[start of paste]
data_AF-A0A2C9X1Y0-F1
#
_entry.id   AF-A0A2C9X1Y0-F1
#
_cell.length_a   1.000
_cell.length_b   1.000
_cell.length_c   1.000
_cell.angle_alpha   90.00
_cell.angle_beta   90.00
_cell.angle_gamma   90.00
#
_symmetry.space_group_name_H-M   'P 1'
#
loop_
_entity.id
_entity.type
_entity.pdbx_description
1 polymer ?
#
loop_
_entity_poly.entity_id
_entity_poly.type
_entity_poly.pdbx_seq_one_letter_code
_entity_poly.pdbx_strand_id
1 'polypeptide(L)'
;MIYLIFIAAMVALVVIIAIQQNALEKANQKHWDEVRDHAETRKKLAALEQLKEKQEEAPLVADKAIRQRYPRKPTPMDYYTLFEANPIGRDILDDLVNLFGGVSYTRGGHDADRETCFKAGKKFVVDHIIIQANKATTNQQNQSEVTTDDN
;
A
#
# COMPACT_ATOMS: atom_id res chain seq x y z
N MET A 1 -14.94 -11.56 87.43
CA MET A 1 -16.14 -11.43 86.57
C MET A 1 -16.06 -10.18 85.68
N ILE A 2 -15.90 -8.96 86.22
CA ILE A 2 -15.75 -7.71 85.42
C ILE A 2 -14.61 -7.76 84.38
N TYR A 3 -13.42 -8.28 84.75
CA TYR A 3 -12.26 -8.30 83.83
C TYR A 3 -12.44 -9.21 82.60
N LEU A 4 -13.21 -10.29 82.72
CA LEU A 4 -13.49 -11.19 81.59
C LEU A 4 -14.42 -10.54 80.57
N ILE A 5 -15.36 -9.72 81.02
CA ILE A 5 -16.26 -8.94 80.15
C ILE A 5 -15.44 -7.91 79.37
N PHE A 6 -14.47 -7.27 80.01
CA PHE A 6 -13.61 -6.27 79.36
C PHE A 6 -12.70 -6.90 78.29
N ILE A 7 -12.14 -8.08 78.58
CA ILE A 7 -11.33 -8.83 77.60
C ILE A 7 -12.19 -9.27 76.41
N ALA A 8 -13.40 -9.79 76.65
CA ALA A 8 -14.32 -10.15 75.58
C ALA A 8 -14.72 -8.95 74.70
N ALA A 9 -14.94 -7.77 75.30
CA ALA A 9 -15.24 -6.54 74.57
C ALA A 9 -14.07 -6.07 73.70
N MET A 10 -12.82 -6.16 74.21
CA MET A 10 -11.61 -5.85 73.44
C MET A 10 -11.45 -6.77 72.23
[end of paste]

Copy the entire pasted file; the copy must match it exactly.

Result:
data_AF-A0A2C9X1Y0-F1
#
_entry.id   AF-A0A2C9X1Y0-F1
#
_cell.length_a   1.000
_cell.length_b   1.000
_cell.length_c   1.000
_cell.angle_alpha   90.00
_cell.angle_beta   90.00
_cell.angle_gamma   90.00
#
_symmetry.space_group_name_H-M   'P 1'
#
loop_
_entity.id
_entity.type
_entity.pdbx_description
1 polymer ?
#
loop_
_entity_poly.entity_id
_entity_poly.type
_entity_poly.pdbx_seq_one_letter_code
_entity_poly.pdbx_strand_id
1 'polypeptide(L)'
;MIYLIFIAAMVALVVIIAIQQNALEKANQKHWDEVRDHAETRKKLAALEQLKEKQEEAPLVADKAIRQRYPRKPTPMDYYTLFEANPIGRDILDDLVNLFGGVSYTRGGHDADRETCFKAGKKFVVDHIIIQANKATTNQQNQSEVTTDDN
;
A
#
# COMPACT_ATOMS: atom_id res chain seq x y z
N MET A 1 -14.94 -11.56 87.43
CA MET A 1 -16.14 -11.43 86.57
C MET A 1 -16.06 -10.18 85.68
N ILE A 2 -15.90 -8.96 86.22
CA ILE A 2 -15.75 -7.71 85.42
C ILE A 2 -14.61 -7.76 84.38
N TYR A 3 -13.42 -8.28 84.75
CA TYR A 3 -12.26 -8.30 83.83
C TYR A 3 -12.44 -9.21 82.60
N LEU A 4 -13.21 -10.29 82.72
CA LEU A 4 -13.49 -11.19 81.59
C LEU A 4 -14.42 -10.54 80.57
N ILE A 5 -15.36 -9.72 81.02
CA ILE A 5 -16.26 -8.94 80.15
C ILE A 5 -15.44 -7.91 79.37
N PHE A 6 -14.47 -7.27 80.01
CA PHE A 6 -13.61 -6.27 79.36
C PHE A 6 -12.70 -6.90 78.29
N ILE A 7 -12.14 -8.08 78.58
CA ILE A 7 -11.33 -8.83 77.60
C ILE A 7 -12.19 -9.27 76.41
N ALA A 8 -13.40 -9.79 76.65
CA ALA A 8 -14.32 -10.15 75.58
C ALA A 8 -14.72 -8.95 74.70
N ALA A 9 -14.94 -7.77 75.30
CA ALA A 9 -15.24 -6.54 74.57
C ALA A 9 -14.07 -6.07 73.70
N MET A 10 -12.82 -6.16 74.21
CA MET A 10 -11.61 -5.85 73.44
C MET A 10 -11.45 -6.77 72.23